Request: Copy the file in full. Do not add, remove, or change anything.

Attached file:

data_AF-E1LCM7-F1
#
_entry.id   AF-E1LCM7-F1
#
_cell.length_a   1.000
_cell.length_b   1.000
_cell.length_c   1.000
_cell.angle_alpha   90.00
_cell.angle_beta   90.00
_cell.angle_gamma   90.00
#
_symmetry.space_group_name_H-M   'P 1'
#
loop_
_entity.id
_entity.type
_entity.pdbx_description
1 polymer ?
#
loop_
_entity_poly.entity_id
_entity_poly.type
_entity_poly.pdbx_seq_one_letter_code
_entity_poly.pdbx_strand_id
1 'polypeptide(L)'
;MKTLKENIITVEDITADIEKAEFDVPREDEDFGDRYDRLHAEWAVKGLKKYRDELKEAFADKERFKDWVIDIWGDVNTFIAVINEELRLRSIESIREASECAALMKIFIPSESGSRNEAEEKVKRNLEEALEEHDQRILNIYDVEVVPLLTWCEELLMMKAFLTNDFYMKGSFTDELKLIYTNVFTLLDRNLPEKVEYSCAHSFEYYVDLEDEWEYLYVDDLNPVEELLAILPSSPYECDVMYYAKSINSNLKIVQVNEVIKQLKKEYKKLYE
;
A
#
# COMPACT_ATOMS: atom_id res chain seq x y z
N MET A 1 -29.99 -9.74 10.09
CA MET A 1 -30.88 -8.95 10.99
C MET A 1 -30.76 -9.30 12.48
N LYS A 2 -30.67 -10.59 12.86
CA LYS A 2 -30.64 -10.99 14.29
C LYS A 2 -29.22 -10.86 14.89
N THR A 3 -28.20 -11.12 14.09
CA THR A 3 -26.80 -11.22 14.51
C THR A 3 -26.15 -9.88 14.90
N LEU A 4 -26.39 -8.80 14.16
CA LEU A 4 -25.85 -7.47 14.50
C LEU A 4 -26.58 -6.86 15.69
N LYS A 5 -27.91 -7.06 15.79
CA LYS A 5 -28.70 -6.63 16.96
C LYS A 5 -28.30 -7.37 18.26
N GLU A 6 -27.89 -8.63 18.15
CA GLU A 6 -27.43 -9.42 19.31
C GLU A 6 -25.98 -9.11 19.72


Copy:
data_AF-E1LCM7-F1
#
_entry.id   AF-E1LCM7-F1
#
_cell.length_a   1.000
_cell.length_b   1.000
_cell.length_c   1.000
_cell.angle_alpha   90.00
_cell.angle_beta   90.00
_cell.angle_gamma   90.00
#
_symmetry.space_group_name_H-M   'P 1'
#
loop_
_entity.id
_entity.type
_entity.pdbx_description
1 polymer ?
#
loop_
_entity_poly.entity_id
_entity_poly.type
_entity_poly.pdbx_seq_one_letter_code
_entity_poly.pdbx_strand_id
1 'polypeptide(L)'
;MKTLKENIITVEDITADIEKAEFDVPREDEDFGDRYDRLHAEWAVKGLKKYRDELKEAFADKERFKDWVIDIWGDVNTFIAVINEELRLRSIESIREASECAALMKIFIPSESGSRNEAEEKVKRNLEEALEEHDQRILNIYDVEVVPLLTWCEELLMMKAFLTNDFYMKGSFTDELKLIYTNVFTLLDRNLPEKVEYSCAHSFEYYVDLEDEWEYLYVDDLNPVEELLAILPSSPYECDVMYYAKSINSNLKIVQVNEVIKQLKKEYKKLYE
;
A
#
# COMPACT_ATOMS: atom_id res chain seq x y z
N MET A 1 -29.99 -9.74 10.09
CA MET A 1 -30.88 -8.95 10.99
C MET A 1 -30.76 -9.30 12.48
N LYS A 2 -30.67 -10.59 12.86
CA LYS A 2 -30.64 -10.99 14.29
C LYS A 2 -29.22 -10.86 14.89
N THR A 3 -28.20 -11.12 14.09
CA THR A 3 -26.80 -11.22 14.51
C THR A 3 -26.15 -9.88 14.90
N LEU A 4 -26.39 -8.80 14.16
CA LEU A 4 -25.85 -7.47 14.50
C LEU A 4 -26.58 -6.86 15.69
N LYS A 5 -27.91 -7.06 15.79
CA LYS A 5 -28.70 -6.63 16.96
C LYS A 5 -28.30 -7.37 18.26
N GLU A 6 -27.89 -8.63 18.15
CA GLU A 6 -27.43 -9.42 19.31
C GLU A 6 -25.98 -9.11 19.72